The 510(k) program is based on substantial equivalence. A 510(k) submitter wishing to market a new device must establish that it is as safe and effective as a legally marketed device that has already received clearance. The baseline comparison device is known as a “predicate device.” It is permissible to rely on more than one predicate, but all elements of substantial equivalence must be established with respect to each predicate. FDA has explained the 510(k) program and substantial equivalence in more detail here and here.
FDA Is Concerned That Predicates Are Too Frequently Too Old
Recently, the Food and Drug Administration (FDA) announced a push for “predicate modernization” a “key component of promoting innovation to help patients access safe and effective treatments.” The problem was defined in these terms:
When new devices rely on older predicates, they may not be accounting for, in their new submissions to the FDA, the latest advances in technology that could benefit patients. Older predicates might not reflect the newest performance standards or the FDA’s most recent understanding of the benefits and risks associated with a type of device. We want to create policy vehicles that will move the market toward reliance on newer predicates that reflect more modern characteristics related to their safety and performance.
It was observed that “from 2015 through 2018, approximately 20 percent of 510(k)s that were cleared based on substantial equivalence to a predicate device relied on a predicate that was more than 10 years old.”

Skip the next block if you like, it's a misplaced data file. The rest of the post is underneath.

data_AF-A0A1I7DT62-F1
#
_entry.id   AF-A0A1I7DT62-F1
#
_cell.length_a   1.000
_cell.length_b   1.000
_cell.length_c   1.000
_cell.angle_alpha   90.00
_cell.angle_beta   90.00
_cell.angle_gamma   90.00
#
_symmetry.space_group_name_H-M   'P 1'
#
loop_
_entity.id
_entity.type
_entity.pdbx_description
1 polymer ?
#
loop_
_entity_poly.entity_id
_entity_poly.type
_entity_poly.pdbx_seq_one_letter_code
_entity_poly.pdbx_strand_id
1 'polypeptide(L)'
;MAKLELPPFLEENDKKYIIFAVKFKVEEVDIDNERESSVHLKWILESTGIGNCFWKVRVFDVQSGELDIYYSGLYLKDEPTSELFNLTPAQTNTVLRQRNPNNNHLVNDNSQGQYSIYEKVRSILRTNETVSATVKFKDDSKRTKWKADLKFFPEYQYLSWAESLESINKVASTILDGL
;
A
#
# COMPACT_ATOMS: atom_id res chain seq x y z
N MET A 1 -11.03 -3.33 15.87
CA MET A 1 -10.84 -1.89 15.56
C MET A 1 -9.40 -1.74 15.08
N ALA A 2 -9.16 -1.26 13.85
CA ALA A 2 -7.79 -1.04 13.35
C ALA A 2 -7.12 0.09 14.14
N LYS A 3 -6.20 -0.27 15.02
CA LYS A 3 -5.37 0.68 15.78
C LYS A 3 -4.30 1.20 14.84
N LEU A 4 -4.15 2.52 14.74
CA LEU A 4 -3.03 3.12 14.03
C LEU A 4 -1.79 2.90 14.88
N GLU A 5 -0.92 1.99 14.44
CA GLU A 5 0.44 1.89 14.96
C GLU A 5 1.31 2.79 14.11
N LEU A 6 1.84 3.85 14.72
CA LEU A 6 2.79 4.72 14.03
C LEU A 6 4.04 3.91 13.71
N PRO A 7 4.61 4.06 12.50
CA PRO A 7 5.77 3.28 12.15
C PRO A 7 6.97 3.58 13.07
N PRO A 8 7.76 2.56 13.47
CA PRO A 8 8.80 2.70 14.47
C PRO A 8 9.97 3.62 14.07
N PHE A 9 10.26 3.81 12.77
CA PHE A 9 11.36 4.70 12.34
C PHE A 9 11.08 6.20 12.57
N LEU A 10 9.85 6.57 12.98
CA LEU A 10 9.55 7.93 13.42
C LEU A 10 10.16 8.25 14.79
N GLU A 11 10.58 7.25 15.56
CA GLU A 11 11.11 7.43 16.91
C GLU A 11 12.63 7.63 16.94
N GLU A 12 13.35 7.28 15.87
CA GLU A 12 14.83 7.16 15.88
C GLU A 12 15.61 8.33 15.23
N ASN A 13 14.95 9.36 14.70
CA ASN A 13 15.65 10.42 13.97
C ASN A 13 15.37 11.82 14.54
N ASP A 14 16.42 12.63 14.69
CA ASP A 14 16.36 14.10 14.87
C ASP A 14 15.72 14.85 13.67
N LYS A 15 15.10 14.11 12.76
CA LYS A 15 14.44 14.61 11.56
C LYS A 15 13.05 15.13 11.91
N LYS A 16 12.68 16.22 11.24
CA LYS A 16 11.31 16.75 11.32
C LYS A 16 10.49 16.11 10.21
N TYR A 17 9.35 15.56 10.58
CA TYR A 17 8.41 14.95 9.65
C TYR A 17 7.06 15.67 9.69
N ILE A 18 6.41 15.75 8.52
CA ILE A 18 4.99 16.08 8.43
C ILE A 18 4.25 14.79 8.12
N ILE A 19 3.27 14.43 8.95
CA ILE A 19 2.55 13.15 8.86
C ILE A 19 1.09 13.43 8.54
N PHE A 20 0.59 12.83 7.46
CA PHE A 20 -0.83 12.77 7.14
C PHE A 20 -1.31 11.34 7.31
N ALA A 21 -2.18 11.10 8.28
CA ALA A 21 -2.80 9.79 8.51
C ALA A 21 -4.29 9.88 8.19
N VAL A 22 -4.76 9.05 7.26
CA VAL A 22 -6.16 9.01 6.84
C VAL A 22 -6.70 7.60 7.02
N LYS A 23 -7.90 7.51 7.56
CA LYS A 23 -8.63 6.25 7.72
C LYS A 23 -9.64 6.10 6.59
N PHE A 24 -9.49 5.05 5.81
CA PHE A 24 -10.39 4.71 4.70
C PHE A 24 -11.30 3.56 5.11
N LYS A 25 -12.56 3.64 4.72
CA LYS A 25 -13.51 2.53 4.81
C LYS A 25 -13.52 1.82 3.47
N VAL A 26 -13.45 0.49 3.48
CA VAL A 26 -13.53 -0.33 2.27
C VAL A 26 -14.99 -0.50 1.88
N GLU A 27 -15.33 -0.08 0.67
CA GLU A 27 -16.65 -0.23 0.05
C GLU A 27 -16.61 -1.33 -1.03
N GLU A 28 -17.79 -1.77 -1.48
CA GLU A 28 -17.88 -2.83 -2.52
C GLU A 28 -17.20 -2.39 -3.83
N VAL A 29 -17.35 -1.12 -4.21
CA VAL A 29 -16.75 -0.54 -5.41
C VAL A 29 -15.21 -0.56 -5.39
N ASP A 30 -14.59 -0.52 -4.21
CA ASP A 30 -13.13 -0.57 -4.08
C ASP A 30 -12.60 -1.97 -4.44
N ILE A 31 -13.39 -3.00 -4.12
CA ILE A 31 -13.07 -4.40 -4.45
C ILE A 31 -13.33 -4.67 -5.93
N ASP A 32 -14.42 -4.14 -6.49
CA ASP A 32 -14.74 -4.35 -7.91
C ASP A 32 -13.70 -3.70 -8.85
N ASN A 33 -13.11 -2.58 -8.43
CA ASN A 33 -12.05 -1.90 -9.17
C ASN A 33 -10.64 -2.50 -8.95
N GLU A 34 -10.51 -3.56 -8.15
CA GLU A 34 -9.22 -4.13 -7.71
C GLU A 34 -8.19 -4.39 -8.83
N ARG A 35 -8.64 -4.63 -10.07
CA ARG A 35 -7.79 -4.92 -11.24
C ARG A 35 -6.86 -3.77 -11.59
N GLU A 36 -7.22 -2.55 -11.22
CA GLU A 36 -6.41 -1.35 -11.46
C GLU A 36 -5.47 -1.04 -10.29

FDA acknowledged: “We don’t think these devices are unsafe—they met our standards for reasonable assurance of safety and effectiveness.” Nonetheless, FDA is “concerned that this practice of relying on predicates that are old, and may not reflect modern performance characteristics, means that some devices are not continually improving. Yet beneficial iteration is at the heart of health technology advancements that can truly benefit patients.”
As a first step, FDA will “make public information about cleared devices that demonstrated substantial equivalence to older predicate devices, focusing on those that use predicates that are more than 10 years old.”
The agency also will “seek public feedback on whether predicates older than 10 years are the right starting point and if there are other actions we should take to advance the use of modern predicates.”
What Are The Stats?
We looked at the average and median age of predicates a few years ago in an article on substantial equivalence in the Food and Drug Law Journal. As described in more detail in the article (p. 387), the review was based on a sample of two consecutive series of 100 traditional 510(k) clearances. The first series started on February 14, 2013 and the second series started on January 1, 2014 (both dates chosen at random). Out of 200 traditional 510(k) clearances, 393 predicates were cited. They had a mean age of 74 months (6 years, 2 months) and a median age of 53 months (4 years, 5 months). The min-max age range was 1 month to 353 months.
We recently repeated the review with the same methodology. We reviewed a consecutive series of 100 traditional 510(k) clearances starting on February 1, 2017, and another series starting on February 1, 2018 (both dates chosen at random). Out of 200 traditional 510(k) clearances, 369 predicates were cited. They had a mean age of 77 months (6 years, 5 months) and a median age of 50 months (4 years, 2 months). The min‑max age range was 2 months to 432 months.